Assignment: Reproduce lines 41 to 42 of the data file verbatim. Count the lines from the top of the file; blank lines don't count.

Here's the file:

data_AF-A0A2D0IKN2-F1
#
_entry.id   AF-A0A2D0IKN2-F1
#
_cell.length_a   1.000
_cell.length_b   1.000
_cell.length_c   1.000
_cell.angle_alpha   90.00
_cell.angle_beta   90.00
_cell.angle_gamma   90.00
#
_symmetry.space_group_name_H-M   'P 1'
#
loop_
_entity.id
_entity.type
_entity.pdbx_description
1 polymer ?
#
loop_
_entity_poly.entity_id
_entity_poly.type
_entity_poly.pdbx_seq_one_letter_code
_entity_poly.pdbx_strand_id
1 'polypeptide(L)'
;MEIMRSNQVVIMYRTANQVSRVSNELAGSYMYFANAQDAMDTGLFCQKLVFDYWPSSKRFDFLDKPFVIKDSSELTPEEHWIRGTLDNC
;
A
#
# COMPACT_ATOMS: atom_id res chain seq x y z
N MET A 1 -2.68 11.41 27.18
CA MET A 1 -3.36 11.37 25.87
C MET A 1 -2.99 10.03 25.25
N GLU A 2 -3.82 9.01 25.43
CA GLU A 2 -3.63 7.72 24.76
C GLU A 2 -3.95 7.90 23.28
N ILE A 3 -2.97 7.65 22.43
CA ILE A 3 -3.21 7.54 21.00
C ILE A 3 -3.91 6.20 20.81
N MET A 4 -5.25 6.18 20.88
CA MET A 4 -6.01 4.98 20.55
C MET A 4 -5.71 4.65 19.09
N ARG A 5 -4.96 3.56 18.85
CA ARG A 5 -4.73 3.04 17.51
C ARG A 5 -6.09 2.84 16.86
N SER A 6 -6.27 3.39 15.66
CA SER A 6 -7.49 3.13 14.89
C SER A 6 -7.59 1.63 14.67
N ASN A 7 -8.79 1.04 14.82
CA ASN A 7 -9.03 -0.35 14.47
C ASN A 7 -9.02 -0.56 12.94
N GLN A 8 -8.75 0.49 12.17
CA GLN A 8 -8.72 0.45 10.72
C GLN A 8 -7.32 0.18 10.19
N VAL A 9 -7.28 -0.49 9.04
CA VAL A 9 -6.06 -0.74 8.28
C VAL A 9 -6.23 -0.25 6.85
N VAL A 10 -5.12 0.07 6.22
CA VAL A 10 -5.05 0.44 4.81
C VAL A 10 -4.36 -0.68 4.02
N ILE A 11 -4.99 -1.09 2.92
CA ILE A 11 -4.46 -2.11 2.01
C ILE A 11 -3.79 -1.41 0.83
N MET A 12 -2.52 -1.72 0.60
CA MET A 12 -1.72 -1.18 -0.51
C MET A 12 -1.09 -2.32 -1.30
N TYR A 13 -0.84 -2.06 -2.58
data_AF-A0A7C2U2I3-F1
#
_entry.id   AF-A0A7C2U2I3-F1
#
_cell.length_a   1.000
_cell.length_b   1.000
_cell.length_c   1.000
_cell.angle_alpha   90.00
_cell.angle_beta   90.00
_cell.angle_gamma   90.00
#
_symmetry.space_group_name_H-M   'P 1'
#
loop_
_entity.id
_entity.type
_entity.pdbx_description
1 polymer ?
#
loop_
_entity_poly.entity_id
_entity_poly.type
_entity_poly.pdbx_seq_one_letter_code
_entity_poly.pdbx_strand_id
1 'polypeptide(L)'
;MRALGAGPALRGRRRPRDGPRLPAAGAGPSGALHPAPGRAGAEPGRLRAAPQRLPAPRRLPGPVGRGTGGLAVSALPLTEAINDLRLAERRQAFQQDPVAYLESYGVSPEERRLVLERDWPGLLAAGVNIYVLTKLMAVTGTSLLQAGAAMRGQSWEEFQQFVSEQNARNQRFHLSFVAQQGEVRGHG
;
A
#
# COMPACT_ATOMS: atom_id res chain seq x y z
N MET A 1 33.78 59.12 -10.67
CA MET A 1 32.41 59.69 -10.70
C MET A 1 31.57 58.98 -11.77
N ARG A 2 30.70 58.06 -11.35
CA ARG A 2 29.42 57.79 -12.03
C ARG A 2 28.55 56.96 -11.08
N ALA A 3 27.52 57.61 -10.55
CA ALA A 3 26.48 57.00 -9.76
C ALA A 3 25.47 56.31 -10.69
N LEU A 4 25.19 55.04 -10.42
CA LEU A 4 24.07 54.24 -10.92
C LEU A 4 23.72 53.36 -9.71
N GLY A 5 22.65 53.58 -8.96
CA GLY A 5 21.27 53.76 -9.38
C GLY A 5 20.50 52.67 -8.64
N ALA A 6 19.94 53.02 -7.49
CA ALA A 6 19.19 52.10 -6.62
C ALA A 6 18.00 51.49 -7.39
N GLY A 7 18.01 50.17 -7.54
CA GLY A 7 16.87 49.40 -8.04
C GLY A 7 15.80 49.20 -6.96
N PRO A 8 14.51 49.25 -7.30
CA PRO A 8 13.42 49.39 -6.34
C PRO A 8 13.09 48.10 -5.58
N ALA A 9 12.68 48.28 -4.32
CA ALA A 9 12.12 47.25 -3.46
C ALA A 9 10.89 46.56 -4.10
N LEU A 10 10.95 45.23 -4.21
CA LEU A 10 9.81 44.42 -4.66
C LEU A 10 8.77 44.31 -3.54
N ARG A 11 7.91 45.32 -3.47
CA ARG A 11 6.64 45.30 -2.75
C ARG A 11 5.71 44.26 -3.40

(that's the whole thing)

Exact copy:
CA MET A 4 -6.01 4.98 20.55
C MET A 4 -5.71 4.65 19.09